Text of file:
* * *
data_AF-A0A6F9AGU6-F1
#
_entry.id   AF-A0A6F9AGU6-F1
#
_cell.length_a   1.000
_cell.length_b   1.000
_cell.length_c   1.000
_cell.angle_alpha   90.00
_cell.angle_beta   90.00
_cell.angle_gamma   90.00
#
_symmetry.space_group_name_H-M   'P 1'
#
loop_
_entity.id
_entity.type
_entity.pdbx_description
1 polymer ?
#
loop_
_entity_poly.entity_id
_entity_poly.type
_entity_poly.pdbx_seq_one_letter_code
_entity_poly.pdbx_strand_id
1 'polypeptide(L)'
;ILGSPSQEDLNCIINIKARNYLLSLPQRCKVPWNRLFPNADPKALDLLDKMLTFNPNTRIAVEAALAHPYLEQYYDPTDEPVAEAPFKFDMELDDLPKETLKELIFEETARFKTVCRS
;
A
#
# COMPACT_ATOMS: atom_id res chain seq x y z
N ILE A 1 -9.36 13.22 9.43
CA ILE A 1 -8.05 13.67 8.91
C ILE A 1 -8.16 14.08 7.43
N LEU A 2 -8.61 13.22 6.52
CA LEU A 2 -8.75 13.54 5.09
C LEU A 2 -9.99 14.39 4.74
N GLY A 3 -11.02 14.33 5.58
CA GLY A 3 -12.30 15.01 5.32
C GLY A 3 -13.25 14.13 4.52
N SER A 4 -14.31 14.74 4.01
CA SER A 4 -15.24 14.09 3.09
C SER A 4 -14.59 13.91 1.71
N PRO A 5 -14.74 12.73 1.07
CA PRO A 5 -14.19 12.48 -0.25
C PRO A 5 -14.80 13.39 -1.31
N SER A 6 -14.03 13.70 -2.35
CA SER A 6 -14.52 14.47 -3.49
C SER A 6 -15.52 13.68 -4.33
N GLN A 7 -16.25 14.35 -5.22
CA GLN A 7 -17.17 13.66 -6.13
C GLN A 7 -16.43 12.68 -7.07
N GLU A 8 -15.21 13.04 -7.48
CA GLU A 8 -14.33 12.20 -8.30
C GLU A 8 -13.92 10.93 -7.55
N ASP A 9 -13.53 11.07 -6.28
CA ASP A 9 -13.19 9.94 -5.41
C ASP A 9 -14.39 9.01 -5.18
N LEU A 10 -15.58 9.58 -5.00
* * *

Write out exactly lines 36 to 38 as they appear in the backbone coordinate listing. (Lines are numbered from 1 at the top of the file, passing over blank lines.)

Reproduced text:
C LEU A 2 -9.99 14.39 4.74
N GLY A 3 -11.02 14.33 5.58
CA GLY A 3 -12.30 15.01 5.32